5 Tips for Leveraging Press to Get More Press


Photo via Creative Commons, (c) FontShop here

After you’ve completed your happy dance and called your mom to tell her you were in your newspaper/TV/trade publication/radio station, the real work begins. You see, after you get press, there’s a golden opportunity to use that press to get more press.

You might think–why would I send a journalist someone else’s work and then expect him or her to write about me? That’s like bringing an ex along on a date, right?

Or is it?

Securing press lends “social proof” which, for our purposes, let’s define as something that lends credibility to a brand making it easier to gain trust and generate and convert leads.
Here are five easy strategies you can use to leverage the press you’ve received and turn into more press for yourself or your client:

1. Use press from one medium to get press in a different medium. If you’ve secured coverage on a radio station, why not leverage that into a TV spot? You can use the radio clip to showcase that you (or your client) are eloquent and prepared and, if the clip was well-received/shared often, use real numbers to show how there’s a demand for this topic and speaker. A journalist knows that changing the medium can truly create a new story out of the same story.

Additionally, did your business receive a ranking? Perhaps you were #45 on a Fastest-Growing Companies list. What does that ranking signify when it comes to your industry? What does the number say that the editorial component of the ranking didn’t report? What doesn’t the ranking take into account that is important? Every story has the potential to be an even better story when put into the right hands.

Pro tip: Have high-res photos + b-roll + relevant items for on-set propping to offer up to journalists and producers. Visuals (breadth or lack of) can make or a break a story. At the very least, it will make a journalist’s life easier and that’s always good.

2. Use local press to secure national press and national press to secure local press. Did you get featured in your local newspaper? Use that clipping as part of a broader pitch focused on how the local piece ties into something currently in the national dialogue (sometimes called “Newsjacking”). For example, if you were featured locally as a food marketer, you can use that piece as proof of your expertise in a pitch centered on Michelle Obama’s recent proposal to limit junk-food marketing in schools. In other words, use a piece that showcases your subject-matter expertise as proof that you can be counted on for a topic that’s become hot news.

Alternately, were you featured in national press (like Today, for example)? Let your local paper know! My virtual pal Brooke from “Brooke Not On a Diet” was featured in Woman’s Day magazine recently. Her local news and newspaper then came knocking on her door and did stories on how this “hometown girl” was featured nationally for her weight-loss story.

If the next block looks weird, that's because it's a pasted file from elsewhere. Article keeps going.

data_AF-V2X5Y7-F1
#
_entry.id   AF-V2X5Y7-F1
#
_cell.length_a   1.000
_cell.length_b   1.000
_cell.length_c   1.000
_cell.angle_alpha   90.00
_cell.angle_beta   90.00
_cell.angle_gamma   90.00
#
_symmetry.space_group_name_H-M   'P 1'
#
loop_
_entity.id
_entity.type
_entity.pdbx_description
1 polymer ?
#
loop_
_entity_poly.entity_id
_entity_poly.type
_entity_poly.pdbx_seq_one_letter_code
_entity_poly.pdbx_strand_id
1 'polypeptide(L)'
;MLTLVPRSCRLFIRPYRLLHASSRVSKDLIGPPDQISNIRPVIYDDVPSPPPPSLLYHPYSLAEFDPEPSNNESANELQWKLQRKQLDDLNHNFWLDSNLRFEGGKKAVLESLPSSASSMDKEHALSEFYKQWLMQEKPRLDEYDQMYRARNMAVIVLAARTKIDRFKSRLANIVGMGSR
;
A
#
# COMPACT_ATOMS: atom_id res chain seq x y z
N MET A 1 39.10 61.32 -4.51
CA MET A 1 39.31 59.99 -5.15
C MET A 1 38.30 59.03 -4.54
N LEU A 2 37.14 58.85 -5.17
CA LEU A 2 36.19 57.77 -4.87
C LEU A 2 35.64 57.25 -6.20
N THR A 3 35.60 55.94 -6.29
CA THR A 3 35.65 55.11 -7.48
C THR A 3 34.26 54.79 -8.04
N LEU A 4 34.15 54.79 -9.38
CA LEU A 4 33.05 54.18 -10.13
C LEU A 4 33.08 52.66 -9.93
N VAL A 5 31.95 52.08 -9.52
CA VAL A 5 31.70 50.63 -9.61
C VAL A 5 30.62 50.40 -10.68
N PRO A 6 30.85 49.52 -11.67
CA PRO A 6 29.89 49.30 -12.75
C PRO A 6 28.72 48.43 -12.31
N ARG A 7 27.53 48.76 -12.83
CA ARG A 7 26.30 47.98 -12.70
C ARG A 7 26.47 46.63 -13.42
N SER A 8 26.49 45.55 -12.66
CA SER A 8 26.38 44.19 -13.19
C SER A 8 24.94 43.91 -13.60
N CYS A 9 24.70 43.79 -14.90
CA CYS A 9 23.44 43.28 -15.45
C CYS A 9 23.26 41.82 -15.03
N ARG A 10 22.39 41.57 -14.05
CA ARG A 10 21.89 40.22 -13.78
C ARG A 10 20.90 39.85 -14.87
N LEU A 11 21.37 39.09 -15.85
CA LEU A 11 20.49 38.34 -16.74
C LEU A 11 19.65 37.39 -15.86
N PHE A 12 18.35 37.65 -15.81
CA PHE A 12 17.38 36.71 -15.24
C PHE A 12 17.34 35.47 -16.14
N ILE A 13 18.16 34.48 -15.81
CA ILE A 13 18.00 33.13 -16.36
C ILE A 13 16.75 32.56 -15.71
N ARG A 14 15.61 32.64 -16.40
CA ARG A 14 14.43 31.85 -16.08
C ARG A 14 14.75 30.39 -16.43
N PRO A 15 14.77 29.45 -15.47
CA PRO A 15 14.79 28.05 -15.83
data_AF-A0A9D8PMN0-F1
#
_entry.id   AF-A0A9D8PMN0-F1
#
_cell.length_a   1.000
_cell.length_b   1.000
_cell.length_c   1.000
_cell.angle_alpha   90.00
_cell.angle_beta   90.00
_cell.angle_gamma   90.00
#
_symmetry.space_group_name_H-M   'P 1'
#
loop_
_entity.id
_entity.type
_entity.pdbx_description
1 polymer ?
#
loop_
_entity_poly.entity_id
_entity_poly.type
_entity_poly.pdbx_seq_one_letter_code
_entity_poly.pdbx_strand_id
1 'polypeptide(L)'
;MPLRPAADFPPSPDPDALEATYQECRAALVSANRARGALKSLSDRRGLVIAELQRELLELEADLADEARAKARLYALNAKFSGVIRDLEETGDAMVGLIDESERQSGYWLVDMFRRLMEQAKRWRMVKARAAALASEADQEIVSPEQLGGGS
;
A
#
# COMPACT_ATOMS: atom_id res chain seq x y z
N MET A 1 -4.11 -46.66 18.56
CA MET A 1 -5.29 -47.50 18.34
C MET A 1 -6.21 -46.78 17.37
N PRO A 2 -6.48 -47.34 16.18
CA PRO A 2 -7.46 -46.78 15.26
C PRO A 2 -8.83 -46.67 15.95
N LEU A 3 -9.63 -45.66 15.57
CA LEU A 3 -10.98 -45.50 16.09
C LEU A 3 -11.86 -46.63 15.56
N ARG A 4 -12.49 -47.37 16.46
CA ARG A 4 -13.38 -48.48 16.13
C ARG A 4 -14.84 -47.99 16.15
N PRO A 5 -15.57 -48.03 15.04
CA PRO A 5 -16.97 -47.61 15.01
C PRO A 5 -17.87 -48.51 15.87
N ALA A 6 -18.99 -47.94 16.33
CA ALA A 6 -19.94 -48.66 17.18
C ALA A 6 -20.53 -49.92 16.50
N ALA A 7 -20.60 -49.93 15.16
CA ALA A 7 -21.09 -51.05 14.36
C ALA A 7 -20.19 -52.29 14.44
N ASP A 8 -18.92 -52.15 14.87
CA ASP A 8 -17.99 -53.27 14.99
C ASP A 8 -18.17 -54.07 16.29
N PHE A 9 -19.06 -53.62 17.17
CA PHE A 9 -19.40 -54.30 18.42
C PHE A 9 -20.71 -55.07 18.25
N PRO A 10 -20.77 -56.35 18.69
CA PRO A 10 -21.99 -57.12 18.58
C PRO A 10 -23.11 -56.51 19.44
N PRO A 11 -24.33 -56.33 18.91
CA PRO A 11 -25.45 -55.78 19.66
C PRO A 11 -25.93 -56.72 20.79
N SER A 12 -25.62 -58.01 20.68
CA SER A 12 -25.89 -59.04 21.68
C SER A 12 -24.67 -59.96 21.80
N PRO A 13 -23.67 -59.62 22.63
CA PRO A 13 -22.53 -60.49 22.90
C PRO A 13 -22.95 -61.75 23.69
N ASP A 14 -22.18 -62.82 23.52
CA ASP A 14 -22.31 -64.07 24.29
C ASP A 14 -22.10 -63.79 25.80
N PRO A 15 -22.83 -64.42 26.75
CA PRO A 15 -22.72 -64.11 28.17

3. Don’t underestimate the value of coverage in trade/industry media. Trade publications are a great resource for journalists who want to get in on the nitty gritty of an industry before the news hits the mainstream. I remember an attorney I worked with wrote a piece on the Fair And Accurate Credit Transaction Act (“FACTA”) for a small local trade publication. His quote in this piece ended up in the Wall Street Journal because we pitched a story on how this law, which lay people hadn’t heard about, could be part of larger story geared to a business audience. It worked!

4. Use a feature piece to inspire another angle. Perhaps you were featured in a trend story pertaining to young entrepreneurs in tech start-ups. You can use that piece as social proof in a pitch for a profile, live-in, news feature and/or human interest story.

5. Relationship building. Securing press is one step to creating a lasting relationship with a journalist. Stay on the radar of a journalist who has covered your or your client (don’t be too pesky though; always ask yourself how you can provide value to him or her before you touch base. If there’s no value-add, don’t reach out). Lastly, don’t be afraid to check in after six months or so to see if a journalist who has covered you or your client would be interested in a follow-up piece (if there are newsworthy developments to report).

The above 5 tips should really help you get the most bang out of your earned media and I should know–I’ve been doing PR for lean start-ups with zero PR budget.

Don’t forget either–once you get press, leverage it as you would any credible endorsement: display it prominently on your website, add it to your media kit and link it on your social media accounts.

The above originally published on Muck Rack here

Loading Facebook Comments ...

Leave a Reply

Your email address will not be published. Required fields are marked *

You may use these HTML tags and attributes: <a href="" title=""> <abbr title=""> <acronym title=""> <b> <blockquote cite=""> <cite> <code> <del datetime=""> <em> <i> <q cite=""> <strike> <strong>